After a few hours, we reached our first rest stop, which was some kind of flat area formed by the stream. The scenery was fantastic. It’s hard to describe the sensation I felt when the view first came into sight.
The plain was massive, spreading over couple hundred meters between the sides of the valley. The stream meandered gently, glimmering with light. The patches of green grass contrasted strongly with bare rocks forming the mountain walls surrounding us. The whole place was serene, peaceful and quiet.
The rest was welcomed. It was still quite early in the hike, but the terrain and altitude made it quite challenging.
With every few hundred meters of the trail, we climbed higher, and the mountains grew bigger and bigger. They also become more unwelcoming with their steep walls, sharp crags and patches of snow.
Day 3 was the culmination of the trek, with our trail reaching Hampta Pass at 4270 meters. It was the highest altitude I’d reached so far. The final approach was tough. We moved at a slow pace, making stops almost every hundred meters to catch our breath and rest.
We reached the highest point at around 2PM. The place was bare, with some short, flat rocky surfaces to sit and rest. Everyone felt quite tired, but also very happy to reach it.
The views were lovely, although we didn’t stay there long to celebrate.
The place felt bare, cold and exposed. Wind and cold quickly penetrated the clothes, and after half an hour, I was more than ready to descend into the valley on the other side.
A few hundred meters of the descent were also really challenging.
The path was very steep and challenging to navigate.
But the views…
The vast space of the valley was breathtaking. It was shaped by the mountain glacier, with some parts still visible in the upper area.
We continued our trek to the last campsite located down in the valley. It was a small, flat area next to the stream. It was definitely colder here, although we were also camping at on slightly higher elevation than the day before.
Before the evening, the sky was clear and again painted some distant peaks with its golden light. Everything looked so peaceful, but when the darkness came, the temperature dropped significantly, so we tucked into our tents and quickly fell asleep, trying to rest from the challenging walk.
The snowfall began in the evening when we were getting to sleep, but honestly, I wasn’t expecting to wake up covered by the 20cm layer of snow.
Actually, I woke up in the tent because I almost couldn’t breathe! The snowfall was so intense that the sides of the tents nearly collapsed, reducing the space inside but also covering all the ventilation areas.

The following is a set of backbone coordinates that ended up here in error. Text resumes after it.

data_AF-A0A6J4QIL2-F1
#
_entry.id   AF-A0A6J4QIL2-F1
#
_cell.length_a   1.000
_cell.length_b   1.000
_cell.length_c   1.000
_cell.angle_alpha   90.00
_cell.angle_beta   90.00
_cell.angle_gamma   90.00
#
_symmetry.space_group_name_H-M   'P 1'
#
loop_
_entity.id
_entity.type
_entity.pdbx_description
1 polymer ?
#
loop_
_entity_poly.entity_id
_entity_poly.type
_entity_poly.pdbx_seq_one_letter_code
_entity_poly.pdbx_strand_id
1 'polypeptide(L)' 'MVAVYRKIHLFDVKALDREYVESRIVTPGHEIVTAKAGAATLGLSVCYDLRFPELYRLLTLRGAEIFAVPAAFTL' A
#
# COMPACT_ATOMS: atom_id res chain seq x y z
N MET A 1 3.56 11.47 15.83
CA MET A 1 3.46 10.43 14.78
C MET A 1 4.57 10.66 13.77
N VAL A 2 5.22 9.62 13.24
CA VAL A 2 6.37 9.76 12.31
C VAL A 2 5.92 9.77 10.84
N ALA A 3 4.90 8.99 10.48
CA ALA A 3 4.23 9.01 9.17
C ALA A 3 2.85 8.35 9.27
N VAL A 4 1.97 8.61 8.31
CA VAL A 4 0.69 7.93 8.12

You get the feeling if you have ever covered yourself with a thick blanket for an extended time. After struggling for a few minutes, we were forced to go outside to get some air and brush off the snow covering the tent.
The morning was not pleasant at all: it was windy and cold. It looked like the snowfall would continue.
It took a bit of time for everyone to pack and get ready to depart. Finally, around 9AM, we left the campsite to leave the valley and return to Manali.
I don’t have photos illustrating it, but the walk started with what is now my most extreme memory from this trek: the winter crossing of the river.
We had to take off our shoes and walk barefoot over the snow to enter freezing cold water, crossing the knee-deep stream to the other side. Luckily it was only 6-8 meters wide, but it was still the most gruelling experience I have ever had. It took 20+ minutes of walking to start feeling my feet again.
The conditions were challenging, with snow covering the trail, making it slippery and wet. But we walked in the group and moved slowly down the valley, eagerly looking for sights of the road and the parking that was our rendezvous point for return.
We made it there in the early afternoon, and I was so relieved when we finally could rest and warm up in the cosy cabin of the 4x4 taxi that awaited us.
Hampta Pass was my first trek in the Himalayas and my first multi-day trek in conditions like this. It definitely wasn’t easy, but it was also one of the best experiences I have ever had.
I can’t express my gratitude to my Indian friends. They shared the experience with me on the trail and earlier through travel in India. I’ve met many friendly people, and I’m grateful for all our memories from this remarkable journey.